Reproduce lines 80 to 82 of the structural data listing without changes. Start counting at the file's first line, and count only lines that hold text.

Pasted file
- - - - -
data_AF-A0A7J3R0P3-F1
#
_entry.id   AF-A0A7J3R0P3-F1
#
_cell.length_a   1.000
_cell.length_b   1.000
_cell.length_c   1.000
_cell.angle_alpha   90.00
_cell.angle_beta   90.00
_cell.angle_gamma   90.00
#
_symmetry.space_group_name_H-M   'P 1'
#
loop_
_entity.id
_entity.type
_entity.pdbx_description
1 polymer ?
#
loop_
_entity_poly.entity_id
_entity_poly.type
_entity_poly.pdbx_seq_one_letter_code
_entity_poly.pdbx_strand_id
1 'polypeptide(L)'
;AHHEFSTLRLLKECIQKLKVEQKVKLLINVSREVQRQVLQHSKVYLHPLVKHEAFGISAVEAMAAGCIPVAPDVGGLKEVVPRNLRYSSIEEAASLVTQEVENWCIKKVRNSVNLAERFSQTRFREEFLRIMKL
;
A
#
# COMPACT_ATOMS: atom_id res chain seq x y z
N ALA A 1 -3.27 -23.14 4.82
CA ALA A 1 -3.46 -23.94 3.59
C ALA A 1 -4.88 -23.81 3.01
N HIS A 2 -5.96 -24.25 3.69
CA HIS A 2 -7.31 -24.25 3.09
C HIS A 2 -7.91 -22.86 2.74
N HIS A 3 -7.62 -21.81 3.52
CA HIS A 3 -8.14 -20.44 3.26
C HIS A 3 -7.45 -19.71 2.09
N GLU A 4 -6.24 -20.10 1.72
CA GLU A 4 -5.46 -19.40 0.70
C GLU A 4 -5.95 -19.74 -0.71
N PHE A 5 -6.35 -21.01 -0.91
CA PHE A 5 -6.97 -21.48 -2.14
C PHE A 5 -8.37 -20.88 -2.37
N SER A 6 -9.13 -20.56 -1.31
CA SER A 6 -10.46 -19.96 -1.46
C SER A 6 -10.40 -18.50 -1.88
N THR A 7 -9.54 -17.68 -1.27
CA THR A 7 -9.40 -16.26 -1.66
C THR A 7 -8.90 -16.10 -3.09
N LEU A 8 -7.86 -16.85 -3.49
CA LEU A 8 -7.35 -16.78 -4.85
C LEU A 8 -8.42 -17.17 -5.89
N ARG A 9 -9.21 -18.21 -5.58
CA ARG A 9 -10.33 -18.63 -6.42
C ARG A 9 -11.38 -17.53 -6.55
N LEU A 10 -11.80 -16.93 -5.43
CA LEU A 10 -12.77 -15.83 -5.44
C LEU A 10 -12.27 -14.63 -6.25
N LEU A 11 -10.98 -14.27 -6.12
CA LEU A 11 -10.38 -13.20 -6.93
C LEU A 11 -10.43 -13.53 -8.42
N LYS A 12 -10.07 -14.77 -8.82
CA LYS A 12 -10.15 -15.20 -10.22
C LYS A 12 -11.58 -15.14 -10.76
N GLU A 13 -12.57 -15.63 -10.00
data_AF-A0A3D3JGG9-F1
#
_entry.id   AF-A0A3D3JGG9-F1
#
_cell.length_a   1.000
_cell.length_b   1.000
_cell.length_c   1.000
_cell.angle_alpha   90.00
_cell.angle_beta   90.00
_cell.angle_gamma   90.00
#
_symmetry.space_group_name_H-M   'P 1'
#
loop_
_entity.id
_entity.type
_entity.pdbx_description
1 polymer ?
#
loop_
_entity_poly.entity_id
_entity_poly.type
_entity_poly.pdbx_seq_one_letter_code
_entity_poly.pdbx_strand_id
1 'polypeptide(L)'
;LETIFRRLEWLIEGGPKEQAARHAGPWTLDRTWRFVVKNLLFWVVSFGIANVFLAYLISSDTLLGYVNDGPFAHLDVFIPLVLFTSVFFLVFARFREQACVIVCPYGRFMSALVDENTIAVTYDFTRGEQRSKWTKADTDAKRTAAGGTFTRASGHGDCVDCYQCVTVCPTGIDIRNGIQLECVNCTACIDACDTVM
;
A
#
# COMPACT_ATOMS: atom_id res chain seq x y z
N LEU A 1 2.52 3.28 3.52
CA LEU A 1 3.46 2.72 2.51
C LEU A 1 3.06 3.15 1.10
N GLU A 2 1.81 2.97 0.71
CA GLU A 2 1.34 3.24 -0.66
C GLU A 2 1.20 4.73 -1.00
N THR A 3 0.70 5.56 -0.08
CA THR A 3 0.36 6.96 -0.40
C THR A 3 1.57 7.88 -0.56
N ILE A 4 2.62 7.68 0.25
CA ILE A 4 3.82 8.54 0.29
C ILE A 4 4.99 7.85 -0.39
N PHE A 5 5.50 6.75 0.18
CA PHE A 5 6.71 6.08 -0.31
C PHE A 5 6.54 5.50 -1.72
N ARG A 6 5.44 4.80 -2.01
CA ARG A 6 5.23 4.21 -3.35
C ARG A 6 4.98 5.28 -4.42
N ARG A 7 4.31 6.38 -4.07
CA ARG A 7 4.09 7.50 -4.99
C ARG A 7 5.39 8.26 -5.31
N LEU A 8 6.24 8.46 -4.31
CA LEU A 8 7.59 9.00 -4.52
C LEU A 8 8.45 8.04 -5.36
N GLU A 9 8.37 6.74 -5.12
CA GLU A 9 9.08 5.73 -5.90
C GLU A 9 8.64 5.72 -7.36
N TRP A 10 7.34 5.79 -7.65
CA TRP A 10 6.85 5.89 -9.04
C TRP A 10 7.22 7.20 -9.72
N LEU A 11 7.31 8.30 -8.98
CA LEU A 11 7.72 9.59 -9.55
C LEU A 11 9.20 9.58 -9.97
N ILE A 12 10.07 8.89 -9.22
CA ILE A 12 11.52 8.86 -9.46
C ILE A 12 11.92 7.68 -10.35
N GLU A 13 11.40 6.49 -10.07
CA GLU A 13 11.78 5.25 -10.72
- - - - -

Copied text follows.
#
loop_
_entity.id